movdqa Legend

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    Thanks a ton for that article.
     
  43. r2473

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    About time the "mainstream" catches up with what I've been saying for years.

    This is what I was trying to tell Systemic Anomaly. He's got to stay away from those apples and start eating more bacon.

    Sounds about right to me. I'm tossing out my potatoes, pasta, rice, and bread and filling my pantry with candy. Woot, Woot!!!

    http://newsfeed.time.com/2013/05/09/105-year-old-woman-says-bacon-keeps-her-alive/

    I'm probably going to live to be 150 years old.
     
    Last edited: Dec 2, 2013
  44. OTMPut

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    we need to bring food back to homes. we dont cook as often as we should. far too many of us (at least where i live) "grab" "stuff" from counters/stalls to eat on the go!

    i have been a vegan last three months (an about turn from Paleo, which i followed for two years!). i cook a lot now and what one can make in a kitchen with fresh produce is incredible. just the variety of foods i eat now has exponentially increased from my standard bacon, eggs, cheese, steak diet of two years.

    i don't claim vegan as the best diet. i think a properly executed paleoish diet that includes fresh fruits and tubers is perhaps a more optimal diet. i switched for different reasons.
     
  45. r2473

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    Kris Dillon's curry recipe is the real deal. Just made a Korma tonight. Took all of 20 minutes (I have frozen curry base and I took 2 minutes to put the chicken in a yoghurt marinade on Saturday). I guess you'd have to omit the chicken (and cream?).

    http://www.amazon.com/Curry-Secret-Kris-Dillion/dp/0716021919

    Her Thai curries are awesome too.

    http://www.amazon.com/Thai-Cookery-...KD8_1_1?s=books&ie=UTF8&qid=1386038641&sr=1-1

    If you like Chinese (takeaway style), this is the best:

    http://www.amazon.com/The-Chinese-T...3&sr=8-1&keywords=chinese+restaurant+cookbook

    Practical sauce making:

    http://www.amazon.com/Get-Saucy-Din...UTF8&qid=1386038816&sr=8-1&keywords=get+saucy
     
    Last edited: Dec 2, 2013
  46. movdqa

    movdqa Legend

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    I agree that food prep can greatly improve the diet. Unfortunately too many people don't have the time to shop well and prepare food well and even spend a leisurely amount of time to enjoy their meals.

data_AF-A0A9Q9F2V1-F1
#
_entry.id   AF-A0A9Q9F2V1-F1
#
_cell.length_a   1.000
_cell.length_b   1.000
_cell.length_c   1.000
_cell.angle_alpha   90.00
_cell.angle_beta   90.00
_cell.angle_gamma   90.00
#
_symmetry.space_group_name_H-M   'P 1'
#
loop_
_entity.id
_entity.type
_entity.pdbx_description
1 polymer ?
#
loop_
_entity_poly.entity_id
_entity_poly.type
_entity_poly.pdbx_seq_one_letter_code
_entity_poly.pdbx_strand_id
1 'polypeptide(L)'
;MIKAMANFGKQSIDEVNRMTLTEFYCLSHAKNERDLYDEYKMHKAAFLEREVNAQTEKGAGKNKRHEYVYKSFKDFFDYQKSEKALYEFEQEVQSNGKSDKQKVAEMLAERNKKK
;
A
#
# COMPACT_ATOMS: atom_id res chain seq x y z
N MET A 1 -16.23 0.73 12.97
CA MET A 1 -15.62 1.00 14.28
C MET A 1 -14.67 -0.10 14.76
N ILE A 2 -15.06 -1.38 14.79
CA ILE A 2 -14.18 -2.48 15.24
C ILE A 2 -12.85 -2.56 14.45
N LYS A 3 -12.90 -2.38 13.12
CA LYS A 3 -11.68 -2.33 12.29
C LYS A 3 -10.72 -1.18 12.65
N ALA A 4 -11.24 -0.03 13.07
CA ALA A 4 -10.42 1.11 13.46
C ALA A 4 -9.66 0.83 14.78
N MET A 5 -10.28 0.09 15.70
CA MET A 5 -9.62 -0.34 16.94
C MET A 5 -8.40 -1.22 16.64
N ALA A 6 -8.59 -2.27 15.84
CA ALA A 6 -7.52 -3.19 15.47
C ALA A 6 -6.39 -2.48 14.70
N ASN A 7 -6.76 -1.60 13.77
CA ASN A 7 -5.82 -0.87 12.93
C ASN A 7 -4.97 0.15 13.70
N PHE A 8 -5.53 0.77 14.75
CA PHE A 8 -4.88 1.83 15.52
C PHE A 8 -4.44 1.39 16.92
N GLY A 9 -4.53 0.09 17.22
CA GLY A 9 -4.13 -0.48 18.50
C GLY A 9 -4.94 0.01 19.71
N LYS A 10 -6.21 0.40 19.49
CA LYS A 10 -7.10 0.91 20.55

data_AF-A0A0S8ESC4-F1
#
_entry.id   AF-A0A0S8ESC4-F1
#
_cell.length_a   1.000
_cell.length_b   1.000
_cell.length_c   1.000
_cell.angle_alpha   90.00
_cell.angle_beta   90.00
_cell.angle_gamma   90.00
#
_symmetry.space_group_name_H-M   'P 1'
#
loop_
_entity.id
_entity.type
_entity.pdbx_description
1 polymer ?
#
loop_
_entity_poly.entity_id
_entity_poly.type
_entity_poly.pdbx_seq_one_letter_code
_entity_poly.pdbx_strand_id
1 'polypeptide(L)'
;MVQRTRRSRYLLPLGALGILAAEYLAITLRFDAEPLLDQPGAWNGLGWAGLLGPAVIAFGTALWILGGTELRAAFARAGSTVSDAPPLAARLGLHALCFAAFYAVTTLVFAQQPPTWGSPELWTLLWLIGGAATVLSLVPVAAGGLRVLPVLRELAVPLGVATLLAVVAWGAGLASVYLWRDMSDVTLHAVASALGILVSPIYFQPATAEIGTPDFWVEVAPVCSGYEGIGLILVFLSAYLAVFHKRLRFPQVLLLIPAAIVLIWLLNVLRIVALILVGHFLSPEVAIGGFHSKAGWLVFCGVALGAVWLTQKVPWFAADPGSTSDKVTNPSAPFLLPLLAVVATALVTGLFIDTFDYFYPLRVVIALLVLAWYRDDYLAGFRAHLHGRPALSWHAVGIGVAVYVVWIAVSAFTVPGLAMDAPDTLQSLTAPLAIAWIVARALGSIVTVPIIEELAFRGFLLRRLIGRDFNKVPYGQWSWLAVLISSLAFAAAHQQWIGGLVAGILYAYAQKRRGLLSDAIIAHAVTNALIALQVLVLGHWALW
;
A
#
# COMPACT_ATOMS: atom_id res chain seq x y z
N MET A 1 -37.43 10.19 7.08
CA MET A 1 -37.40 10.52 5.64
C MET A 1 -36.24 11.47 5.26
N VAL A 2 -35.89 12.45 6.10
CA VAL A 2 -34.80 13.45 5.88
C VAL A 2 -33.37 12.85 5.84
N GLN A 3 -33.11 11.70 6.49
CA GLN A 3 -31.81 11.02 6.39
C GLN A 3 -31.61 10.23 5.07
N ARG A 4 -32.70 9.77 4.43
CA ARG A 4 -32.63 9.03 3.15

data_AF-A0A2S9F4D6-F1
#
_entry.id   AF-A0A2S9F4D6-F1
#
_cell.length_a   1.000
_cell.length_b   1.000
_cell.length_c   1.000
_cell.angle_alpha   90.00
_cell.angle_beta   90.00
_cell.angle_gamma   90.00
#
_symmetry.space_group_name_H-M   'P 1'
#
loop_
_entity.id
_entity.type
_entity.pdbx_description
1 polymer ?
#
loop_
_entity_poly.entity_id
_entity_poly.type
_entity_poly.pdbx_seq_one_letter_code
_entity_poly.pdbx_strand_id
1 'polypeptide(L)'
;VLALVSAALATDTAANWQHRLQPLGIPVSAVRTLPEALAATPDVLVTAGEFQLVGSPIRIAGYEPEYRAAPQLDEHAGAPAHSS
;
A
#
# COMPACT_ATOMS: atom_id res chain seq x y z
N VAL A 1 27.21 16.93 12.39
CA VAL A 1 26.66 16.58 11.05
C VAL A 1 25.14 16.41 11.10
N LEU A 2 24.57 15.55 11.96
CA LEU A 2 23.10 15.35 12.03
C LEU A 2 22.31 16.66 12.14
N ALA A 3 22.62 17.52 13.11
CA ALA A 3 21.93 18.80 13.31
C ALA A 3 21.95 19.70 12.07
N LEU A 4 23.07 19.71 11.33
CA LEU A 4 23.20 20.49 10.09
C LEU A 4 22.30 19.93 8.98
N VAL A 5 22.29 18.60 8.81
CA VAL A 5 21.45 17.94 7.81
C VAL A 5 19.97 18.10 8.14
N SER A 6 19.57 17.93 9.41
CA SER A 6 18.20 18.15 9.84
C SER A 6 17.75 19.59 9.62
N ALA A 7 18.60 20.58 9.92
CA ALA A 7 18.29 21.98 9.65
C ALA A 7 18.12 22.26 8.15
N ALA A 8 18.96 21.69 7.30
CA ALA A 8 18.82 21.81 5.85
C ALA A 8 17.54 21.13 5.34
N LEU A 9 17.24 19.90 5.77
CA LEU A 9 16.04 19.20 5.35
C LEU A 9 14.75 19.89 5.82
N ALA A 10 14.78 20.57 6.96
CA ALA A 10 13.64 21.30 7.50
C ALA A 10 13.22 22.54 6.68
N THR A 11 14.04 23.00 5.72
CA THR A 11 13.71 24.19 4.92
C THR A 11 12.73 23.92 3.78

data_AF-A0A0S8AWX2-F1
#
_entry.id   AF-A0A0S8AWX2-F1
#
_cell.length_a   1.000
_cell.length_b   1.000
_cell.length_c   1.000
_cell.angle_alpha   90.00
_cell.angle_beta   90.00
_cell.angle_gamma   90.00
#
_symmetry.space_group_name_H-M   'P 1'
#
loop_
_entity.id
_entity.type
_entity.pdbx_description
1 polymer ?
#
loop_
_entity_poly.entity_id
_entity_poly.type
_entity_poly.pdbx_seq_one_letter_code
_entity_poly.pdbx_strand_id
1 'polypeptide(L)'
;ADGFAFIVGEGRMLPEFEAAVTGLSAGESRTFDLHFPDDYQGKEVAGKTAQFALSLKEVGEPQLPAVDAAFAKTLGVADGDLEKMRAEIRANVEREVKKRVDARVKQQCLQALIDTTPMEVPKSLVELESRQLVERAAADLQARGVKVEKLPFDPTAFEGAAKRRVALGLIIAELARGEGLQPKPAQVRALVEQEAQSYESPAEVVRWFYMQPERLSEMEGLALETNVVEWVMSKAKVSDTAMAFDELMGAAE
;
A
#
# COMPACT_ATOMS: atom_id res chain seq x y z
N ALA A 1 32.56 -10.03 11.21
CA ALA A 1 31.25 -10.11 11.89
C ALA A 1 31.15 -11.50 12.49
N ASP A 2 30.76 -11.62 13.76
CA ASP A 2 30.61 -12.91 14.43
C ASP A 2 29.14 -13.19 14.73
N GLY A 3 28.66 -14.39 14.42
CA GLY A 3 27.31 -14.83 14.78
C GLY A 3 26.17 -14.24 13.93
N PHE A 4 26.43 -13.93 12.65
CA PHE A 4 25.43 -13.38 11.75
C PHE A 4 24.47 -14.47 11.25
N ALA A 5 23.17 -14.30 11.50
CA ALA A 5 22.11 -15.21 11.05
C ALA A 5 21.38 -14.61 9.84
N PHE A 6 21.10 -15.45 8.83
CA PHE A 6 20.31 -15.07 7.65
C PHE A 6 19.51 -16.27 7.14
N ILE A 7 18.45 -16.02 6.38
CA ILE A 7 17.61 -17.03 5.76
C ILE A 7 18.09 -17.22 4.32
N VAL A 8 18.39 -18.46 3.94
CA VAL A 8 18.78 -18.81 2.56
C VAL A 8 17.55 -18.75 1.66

47. OTMPut

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    Look pretty good. Thanks for the suggestions. Will try them this week.

    Yes i would skip the chicken and use a bunch of vegetables: perhaps mushrooms, potatos, green beans, corn and eggplant.

    My curry base would be ground fresh coconut, chilli powder, turmeric powder, ground ginger and garlic. you can make these over the weekend and stick in the fridge. They stay fresh for a week and come handy.

    Try this. two cups of quinoa, 3 cups of water. use the curry base along with small cut potatos, carrots and green peas and corn. Cook the quinoa and potatos first for 20 minutes and then add all other ingredients and cook it for another 15-20 minutes. Add salt as required. Makes a delicious meal!
     
  48. r2473

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    The curry base from the book is just onions, garlic, green ginger, and water. Simmer for about an hour, blend until smooth, and freeze. Stays forever. I have 25 pints in my freezer.

    When you are ready for use, all you have to do is add oil, blended tomatoes, turmeric, and pa****a. This is the base for everything and from this point, the dish will take just a few minutes. Perfect for weekday meals.

    COOKS TIP: Buy the best garam masala you can find. I got mine from a local Indian restaurant. It makes a big difference.
     
    Last edited: Dec 3, 2013
  49. West Coast Ace

    West Coast Ace G.O.A.T.

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    Sorry, we can agree to disagree. That is a cop out. The 'too busy to exercise' excuse is ridiculous. People just don't budget their times - that's a discipline issue. And there are plenty of healthy food choices; people just want to eat for pleasure/gratification; food is fuel.
     
  50. Posture Guy

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    FYI, just had some bloodwork done. Wasn't interested in total lipids as I don't think cholesterol levels has anything whatsoever to do with cardiovascular risk. I'm far more interested in inflammation levels. For those who might be interested, here's how some of those markers came back on this kind of diet (which includes eating a LOT of grassfed butter, some grassfed meat and raw milk grassfed cheese, along with lots of veggies, greens, and some low glycemic fruits.

    Lp(a): 13
    CrP: 0.7
    Homocysteine: 7.0

    According to two different doctors, those numbers are "really, really good. They show you have a VERY low risk of cardiovascular disease."